Pottery artisan Mike Joens does his work in an old outbuilding converted into a studio. The building was once a chicken coop

“You might add a little of one ingredient to provide a little more placidity, and you might add something else to make it a little harder and more durable,” Joens said. “If I want to throw something thinner, like a pot or something, I’ll approach the mixing differently than if I’m going to make something sculptural. It’s kind of a lost art, but you get the feel for it.”

To fire his pieces, Joens currently uses a pair of kilns with a few custom features. The heat comes from a weed burner attached to a propane tank that sticks into a hole on the side, and is stoked by a bathroom exhaust fan facing the hole.

Temperatures inside the cylindrical containers can reach well over 2,000 degrees.

“Since I use a gas burner, I can get different effects on the clay by dampening it or turning it up,” Joens said.

While in Duluth, Joens also used a huge kiln (big enough for a person to walk into) that boasted several shelves inside. He plans to reassemble it here next year.

“Then I’ll be able to fire lots of pieces at the same time,” he said, “and increase my production.”

Glazing a completed piece is what Joens considers the hardest aspect of his craft. The glaze basically forms a colored glass coating that adheres to the clay, and again, coming up with a suitable formula is crucial to a result.

“Making it is like making chocolate chip cookies,” Joens said. “It’s a little of this and a little of that – and of course, not everyone’s cookies taste the same. Sometimes it’s like being a mad scientist; I can just sit out here and try little batches and see how things turn out.”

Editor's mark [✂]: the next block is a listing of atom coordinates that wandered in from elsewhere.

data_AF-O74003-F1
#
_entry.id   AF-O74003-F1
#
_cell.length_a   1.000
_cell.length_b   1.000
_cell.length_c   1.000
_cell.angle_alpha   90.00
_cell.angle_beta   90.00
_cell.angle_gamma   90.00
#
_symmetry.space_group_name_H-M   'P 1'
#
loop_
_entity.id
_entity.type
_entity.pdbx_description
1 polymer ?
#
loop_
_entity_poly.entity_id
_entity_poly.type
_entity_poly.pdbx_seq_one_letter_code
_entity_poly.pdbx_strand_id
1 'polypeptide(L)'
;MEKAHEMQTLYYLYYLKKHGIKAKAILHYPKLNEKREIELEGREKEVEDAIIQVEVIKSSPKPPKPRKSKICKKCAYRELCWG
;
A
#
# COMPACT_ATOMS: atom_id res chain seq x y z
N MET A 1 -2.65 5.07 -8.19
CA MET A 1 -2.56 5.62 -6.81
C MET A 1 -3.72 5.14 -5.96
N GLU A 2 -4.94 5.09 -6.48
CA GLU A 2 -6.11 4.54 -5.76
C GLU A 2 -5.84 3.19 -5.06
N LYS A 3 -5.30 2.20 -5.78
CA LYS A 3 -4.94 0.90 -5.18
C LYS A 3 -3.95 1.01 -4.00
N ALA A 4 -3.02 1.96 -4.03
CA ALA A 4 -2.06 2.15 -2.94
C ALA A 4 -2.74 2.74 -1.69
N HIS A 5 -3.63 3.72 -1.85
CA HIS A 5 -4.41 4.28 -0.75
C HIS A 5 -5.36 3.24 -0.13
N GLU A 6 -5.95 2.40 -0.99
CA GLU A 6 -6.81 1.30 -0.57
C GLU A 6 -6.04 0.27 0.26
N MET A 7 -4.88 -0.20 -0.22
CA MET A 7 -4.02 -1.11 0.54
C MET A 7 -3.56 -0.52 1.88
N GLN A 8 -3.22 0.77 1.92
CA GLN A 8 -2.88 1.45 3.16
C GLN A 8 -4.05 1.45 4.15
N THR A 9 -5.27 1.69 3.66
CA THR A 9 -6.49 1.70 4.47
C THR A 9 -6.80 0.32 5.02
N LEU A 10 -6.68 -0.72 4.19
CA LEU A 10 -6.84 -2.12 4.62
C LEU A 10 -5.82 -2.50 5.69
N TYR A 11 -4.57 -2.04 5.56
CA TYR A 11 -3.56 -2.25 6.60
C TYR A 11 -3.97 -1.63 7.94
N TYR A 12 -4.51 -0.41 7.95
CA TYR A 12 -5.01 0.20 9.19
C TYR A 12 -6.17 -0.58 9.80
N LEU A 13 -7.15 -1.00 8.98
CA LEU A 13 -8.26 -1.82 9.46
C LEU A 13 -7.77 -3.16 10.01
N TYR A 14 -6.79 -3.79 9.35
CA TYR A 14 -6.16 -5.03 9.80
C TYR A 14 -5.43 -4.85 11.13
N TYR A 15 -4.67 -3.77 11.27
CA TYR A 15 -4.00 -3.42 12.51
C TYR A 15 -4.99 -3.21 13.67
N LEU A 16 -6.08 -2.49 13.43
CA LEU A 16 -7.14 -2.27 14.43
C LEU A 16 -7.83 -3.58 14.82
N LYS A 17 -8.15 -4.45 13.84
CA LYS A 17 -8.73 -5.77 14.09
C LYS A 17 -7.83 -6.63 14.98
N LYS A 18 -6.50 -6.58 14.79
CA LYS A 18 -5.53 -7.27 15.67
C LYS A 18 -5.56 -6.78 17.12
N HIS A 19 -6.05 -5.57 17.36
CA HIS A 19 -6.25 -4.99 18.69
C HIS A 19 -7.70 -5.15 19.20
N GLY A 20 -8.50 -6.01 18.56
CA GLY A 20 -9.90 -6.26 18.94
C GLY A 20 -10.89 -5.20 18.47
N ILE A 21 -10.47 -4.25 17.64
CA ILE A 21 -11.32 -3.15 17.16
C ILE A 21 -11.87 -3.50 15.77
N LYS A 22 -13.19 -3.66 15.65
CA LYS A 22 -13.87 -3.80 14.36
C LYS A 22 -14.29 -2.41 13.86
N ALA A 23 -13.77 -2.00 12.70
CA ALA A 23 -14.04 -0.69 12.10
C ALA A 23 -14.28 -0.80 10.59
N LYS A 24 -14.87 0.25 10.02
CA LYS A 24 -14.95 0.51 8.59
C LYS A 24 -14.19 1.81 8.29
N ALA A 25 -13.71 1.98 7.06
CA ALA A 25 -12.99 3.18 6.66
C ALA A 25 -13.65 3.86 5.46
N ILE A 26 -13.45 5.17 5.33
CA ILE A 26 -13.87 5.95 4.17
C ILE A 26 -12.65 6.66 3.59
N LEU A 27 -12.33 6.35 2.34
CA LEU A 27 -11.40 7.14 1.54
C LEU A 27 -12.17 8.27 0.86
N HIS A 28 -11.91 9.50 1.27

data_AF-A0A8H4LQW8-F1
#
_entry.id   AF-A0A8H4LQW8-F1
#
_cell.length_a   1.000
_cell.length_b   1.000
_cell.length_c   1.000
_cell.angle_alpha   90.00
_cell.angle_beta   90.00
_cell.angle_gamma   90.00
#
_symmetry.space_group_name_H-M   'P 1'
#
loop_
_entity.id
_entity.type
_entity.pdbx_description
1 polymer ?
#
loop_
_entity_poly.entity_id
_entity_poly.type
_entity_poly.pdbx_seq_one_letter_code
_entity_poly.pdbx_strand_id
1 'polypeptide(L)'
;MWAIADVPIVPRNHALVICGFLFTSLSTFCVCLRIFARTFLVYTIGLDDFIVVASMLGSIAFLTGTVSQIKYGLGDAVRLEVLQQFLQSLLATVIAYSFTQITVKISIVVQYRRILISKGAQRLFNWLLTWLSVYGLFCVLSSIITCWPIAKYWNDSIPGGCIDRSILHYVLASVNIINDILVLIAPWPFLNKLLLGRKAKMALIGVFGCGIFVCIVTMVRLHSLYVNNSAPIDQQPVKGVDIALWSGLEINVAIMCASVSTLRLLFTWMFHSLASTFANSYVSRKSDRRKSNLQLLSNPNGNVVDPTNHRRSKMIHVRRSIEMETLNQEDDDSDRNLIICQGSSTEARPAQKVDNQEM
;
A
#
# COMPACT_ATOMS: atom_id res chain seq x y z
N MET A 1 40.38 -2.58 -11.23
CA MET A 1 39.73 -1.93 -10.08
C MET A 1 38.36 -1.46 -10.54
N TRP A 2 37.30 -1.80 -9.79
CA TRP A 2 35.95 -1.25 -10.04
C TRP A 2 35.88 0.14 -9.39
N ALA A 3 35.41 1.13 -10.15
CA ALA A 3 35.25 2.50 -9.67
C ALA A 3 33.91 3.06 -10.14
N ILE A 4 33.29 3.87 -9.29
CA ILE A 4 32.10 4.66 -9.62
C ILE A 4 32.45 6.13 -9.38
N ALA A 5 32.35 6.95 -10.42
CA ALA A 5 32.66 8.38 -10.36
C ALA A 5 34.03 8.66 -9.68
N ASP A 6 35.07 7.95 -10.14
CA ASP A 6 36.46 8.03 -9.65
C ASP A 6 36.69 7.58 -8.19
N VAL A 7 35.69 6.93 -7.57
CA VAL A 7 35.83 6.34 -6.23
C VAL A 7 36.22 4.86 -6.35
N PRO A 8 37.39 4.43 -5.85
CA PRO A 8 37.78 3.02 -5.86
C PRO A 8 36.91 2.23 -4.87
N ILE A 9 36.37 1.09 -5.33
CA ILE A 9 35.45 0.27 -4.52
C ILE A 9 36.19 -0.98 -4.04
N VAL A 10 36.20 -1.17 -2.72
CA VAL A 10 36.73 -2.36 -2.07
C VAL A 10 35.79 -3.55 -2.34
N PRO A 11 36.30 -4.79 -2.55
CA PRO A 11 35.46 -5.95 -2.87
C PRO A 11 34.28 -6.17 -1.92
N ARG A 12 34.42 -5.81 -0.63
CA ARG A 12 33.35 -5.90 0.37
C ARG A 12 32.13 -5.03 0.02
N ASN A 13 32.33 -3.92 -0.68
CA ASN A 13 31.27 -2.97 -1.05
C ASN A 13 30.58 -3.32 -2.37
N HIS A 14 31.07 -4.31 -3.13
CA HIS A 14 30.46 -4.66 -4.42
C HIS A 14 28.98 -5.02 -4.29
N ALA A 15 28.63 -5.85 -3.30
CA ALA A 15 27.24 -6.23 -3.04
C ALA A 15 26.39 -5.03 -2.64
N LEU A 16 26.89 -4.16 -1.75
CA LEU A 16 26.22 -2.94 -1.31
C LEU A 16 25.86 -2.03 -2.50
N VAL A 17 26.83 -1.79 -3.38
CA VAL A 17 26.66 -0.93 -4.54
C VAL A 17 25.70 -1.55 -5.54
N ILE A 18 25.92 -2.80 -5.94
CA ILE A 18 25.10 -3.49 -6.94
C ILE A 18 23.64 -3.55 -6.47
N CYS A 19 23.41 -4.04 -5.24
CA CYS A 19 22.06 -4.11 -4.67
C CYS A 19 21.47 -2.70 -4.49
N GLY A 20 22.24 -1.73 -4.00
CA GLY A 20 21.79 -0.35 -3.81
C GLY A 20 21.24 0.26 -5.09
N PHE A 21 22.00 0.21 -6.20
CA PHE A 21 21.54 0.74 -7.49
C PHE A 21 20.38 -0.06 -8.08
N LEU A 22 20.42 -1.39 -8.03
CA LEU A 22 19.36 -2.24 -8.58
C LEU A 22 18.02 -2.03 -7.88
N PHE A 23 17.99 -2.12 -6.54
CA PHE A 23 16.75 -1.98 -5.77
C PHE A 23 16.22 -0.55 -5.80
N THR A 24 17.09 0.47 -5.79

When Joens sits down at the wheel to turn some clay, he typically has a mental picture of what he’s about to do. But he also knows the end result might not resemble that picture.

“You need to have something in mind when you start,” Joens said. “That doesn’t mean it’s going to end up like that, but you should be thinking of a vase or bowl or some sort of piece. And as I’m making it, I end up with colors or patterns in my head that might look good on it.

“You try to direct the clay, but sometimes it directs you.”

When it comes to paintings and other art, people differ in their tastes, but most would agree they know something good when they see it. In the end, Joens said, a good piece of pottery also has no clear definition.

“I know when I see it, too,” he said. “It’s about the shape and the texture, and the color can definitely be a big part of it. And sometimes a design can inspire a feeling.”

Joens enjoys creating whimsical pieces, like jugs bearing faces or odd-looking creatures. He sometimes does custom pieces for companies or organizations, and for events like weddings, where his “love jugs” are popular.

Joens also enjoys sharing his talent with people wishing to learn. When he’s showing how to make a pot, he follows the “COPS” technique he was taught when he was a novice – center, open, pull, shape.

“I love teaching people,” Joens said. “I want this to be a fun place for people to come and enjoy themselves, and I welcome anyone who wants to come here for any reason.”

A sign bearing the Swan Lake Pottery name now hangs on the refurbished outbuilding that houses Joens’ studio – a structure that was once a chicken coop at the “old Killion place.” Cancer notwithstanding, Joens plans to continue keeping his creative juices flowing and “throwing” pots and other clay objects in the historic shack as long as he can.

“I feel my life is fulfilling itself,” he said. “I love doing this – it’s more like playing than working, because when you’re doing something you love it’s not work.”


Swan Lake Pottery artisan Mike Joens offers lessons for $20, which includes clay and one finished piece (additional pieces are $10). To speak to Joens, call 218-390-0321. Swan Lake Pottery can be found on Facebook.


See more photos featuring pottery artisan Mike Joens: www.houstonherald.com/photos

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